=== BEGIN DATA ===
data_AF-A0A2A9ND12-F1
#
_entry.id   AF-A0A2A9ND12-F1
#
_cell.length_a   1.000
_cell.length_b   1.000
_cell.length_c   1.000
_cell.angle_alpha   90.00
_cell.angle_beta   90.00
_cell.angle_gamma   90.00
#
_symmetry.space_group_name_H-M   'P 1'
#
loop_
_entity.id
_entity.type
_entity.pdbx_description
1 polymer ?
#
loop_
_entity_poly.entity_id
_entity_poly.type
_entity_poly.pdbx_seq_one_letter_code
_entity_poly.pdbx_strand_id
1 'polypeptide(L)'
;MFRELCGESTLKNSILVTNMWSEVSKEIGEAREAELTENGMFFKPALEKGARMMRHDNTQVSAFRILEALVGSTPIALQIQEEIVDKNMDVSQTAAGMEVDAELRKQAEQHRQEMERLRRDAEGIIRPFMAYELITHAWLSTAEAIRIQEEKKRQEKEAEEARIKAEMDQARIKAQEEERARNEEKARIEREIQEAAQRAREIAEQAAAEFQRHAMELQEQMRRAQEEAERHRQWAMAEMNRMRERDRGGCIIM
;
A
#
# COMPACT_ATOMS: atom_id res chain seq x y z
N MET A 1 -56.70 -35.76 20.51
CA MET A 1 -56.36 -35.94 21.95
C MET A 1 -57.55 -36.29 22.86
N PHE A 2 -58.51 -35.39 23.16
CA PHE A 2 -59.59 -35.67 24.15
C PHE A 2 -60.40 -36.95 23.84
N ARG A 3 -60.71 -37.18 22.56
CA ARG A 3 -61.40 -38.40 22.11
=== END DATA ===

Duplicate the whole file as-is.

data_AF-A0A2A9ND12-F1
#
_entry.id   AF-A0A2A9ND12-F1
#
_cell.length_a   1.000
_cell.length_b   1.000
_cell.length_c   1.000
_cell.angle_alpha   90.00
_cell.angle_beta   90.00
_cell.angle_gamma   90.00
#
_symmetry.space_group_name_H-M   'P 1'
#
loop_
_entity.id
_entity.type
_entity.pdbx_description
1 polymer ?
#
loop_
_entity_poly.entity_id
_entity_poly.type
_entity_poly.pdbx_seq_one_letter_code
_entity_poly.pdbx_strand_id
1 'polypeptide(L)'
;MFRELCGESTLKNSILVTNMWSEVSKEIGEAREAELTENGMFFKPALEKGARMMRHDNTQVSAFRILEALVGSTPIALQIQEEIVDKNMDVSQTAAGMEVDAELRKQAEQHRQEMERLRRDAEGIIRPFMAYELITHAWLSTAEAIRIQEEKKRQEKEAEEARIKAEMDQARIKAQEEERARNEEKARIEREIQEAAQRAREIAEQAAAEFQRHAMELQEQMRRAQEEAERHRQWAMAEMNRMRERDRGGCIIM
;
A
#
# COMPACT_ATOMS: atom_id res chain seq x y z
N MET A 1 -56.70 -35.76 20.51
CA MET A 1 -56.36 -35.94 21.95
C MET A 1 -57.55 -36.29 22.86
N PHE A 2 -58.51 -35.39 23.16
CA PHE A 2 -59.59 -35.67 24.15
C PHE A 2 -60.40 -36.95 23.84
N ARG A 3 -60.71 -37.18 22.56
CA ARG A 3 -61.40 -38.40 22.11